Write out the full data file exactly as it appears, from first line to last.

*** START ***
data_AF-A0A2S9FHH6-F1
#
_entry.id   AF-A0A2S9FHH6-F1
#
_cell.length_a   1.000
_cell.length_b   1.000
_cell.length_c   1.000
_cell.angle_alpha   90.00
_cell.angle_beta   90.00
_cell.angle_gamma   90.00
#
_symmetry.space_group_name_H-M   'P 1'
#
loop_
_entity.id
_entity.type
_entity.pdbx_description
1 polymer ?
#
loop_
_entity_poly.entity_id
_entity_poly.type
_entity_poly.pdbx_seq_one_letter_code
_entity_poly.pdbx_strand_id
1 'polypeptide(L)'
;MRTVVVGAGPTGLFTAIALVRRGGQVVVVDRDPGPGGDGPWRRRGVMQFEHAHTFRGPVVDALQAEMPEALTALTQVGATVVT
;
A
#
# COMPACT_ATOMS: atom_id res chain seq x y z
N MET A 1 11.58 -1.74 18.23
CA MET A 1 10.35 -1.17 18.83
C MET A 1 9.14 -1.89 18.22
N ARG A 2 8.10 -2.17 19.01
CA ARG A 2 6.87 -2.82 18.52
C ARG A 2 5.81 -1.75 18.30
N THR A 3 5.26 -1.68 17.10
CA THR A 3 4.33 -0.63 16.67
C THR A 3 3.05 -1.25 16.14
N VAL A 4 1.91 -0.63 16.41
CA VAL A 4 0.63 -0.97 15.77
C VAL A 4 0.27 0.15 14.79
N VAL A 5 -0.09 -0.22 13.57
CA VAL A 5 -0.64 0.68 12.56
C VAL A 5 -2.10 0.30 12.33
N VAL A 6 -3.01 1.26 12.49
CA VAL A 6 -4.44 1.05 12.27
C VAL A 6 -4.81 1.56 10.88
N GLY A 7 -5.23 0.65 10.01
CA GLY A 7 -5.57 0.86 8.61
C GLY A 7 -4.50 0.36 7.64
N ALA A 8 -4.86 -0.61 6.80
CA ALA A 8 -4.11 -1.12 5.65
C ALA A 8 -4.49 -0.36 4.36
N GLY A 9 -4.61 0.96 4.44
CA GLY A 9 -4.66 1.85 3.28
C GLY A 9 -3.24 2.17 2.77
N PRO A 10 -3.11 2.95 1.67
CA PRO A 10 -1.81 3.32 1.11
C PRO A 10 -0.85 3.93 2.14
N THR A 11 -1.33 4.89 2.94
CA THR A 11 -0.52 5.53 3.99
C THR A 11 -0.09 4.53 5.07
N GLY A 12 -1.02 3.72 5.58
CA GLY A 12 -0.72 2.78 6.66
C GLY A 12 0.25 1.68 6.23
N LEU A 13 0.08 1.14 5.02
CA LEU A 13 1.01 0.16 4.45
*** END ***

data_AF-A0A2S9FHH6-F1
#
_entry.id   AF-A0A2S9FHH6-F1
#
_cell.length_a   1.000
_cell.length_b   1.000
_cell.length_c   1.000
_cell.angle_alpha   90.00
_cell.angle_beta   90.00
_cell.angle_gamma   90.00
#
_symmetry.space_group_name_H-M   'P 1'
#
loop_
_entity.id
_entity.type
_entity.pdbx_description
1 polymer ?
#
loop_
_entity_poly.entity_id
_entity_poly.type
_entity_poly.pdbx_seq_one_letter_code
_entity_poly.pdbx_strand_id
1 'polypeptide(L)'
;MRTVVVGAGPTGLFTAIALVRRGGQVVVVDRDPGPGGDGPWRRRGVMQFEHAHTFRGPVVDALQAEMPEALTALTQVGATVVT
;
A
#
# COMPACT_ATOMS: atom_id res chain seq x y z
N MET A 1 11.58 -1.74 18.23
CA MET A 1 10.35 -1.17 18.83
C MET A 1 9.14 -1.89 18.22
N ARG A 2 8.10 -2.17 19.01
CA ARG A 2 6.87 -2.82 18.52
C ARG A 2 5.81 -1.75 18.30
N THR A 3 5.26 -1.68 17.10
CA THR A 3 4.33 -0.63 16.67
C THR A 3 3.05 -1.25 16.14
N VAL A 4 1.91 -0.63 16.41
CA VAL A 4 0.63 -0.97 15.77
C VAL A 4 0.27 0.15 14.79
N VAL A 5 -0.09 -0.22 13.57
CA VAL A 5 -0.64 0.68 12.56
C VAL A 5 -2.10 0.30 12.33
N VAL A 6 -3.01 1.26 12.49
CA VAL A 6 -4.44 1.05 12.27
C VAL A 6 -4.81 1.56 10.88
N GLY A 7 -5.23 0.65 10.01
CA GLY A 7 -5.57 0.86 8.61
C GLY A 7 -4.50 0.36 7.64
N ALA A 8 -4.86 -0.61 6.80
CA ALA A 8 -4.11 -1.12 5.65
C ALA A 8 -4.49 -0.36 4.36
N GLY A 9 -4.61 0.96 4.44
CA GLY A 9 -4.66 1.85 3.28
C GLY A 9 -3.24 2.17 2.77
N PRO A 10 -3.11 2.95 1.67
CA PRO A 10 -1.81 3.32 1.11
C PRO A 10 -0.85 3.93 2.14
N THR A 11 -1.33 4.89 2.94
CA THR A 11 -0.52 5.53 3.99
C THR A 11 -0.09 4.53 5.07
N GLY A 12 -1.02 3.72 5.58
CA GLY A 12 -0.72 2.78 6.66
C GLY A 12 0.25 1.68 6.23
N LEU A 13 0.08 1.14 5.02
CA LEU A 13 1.01 0.16 4.45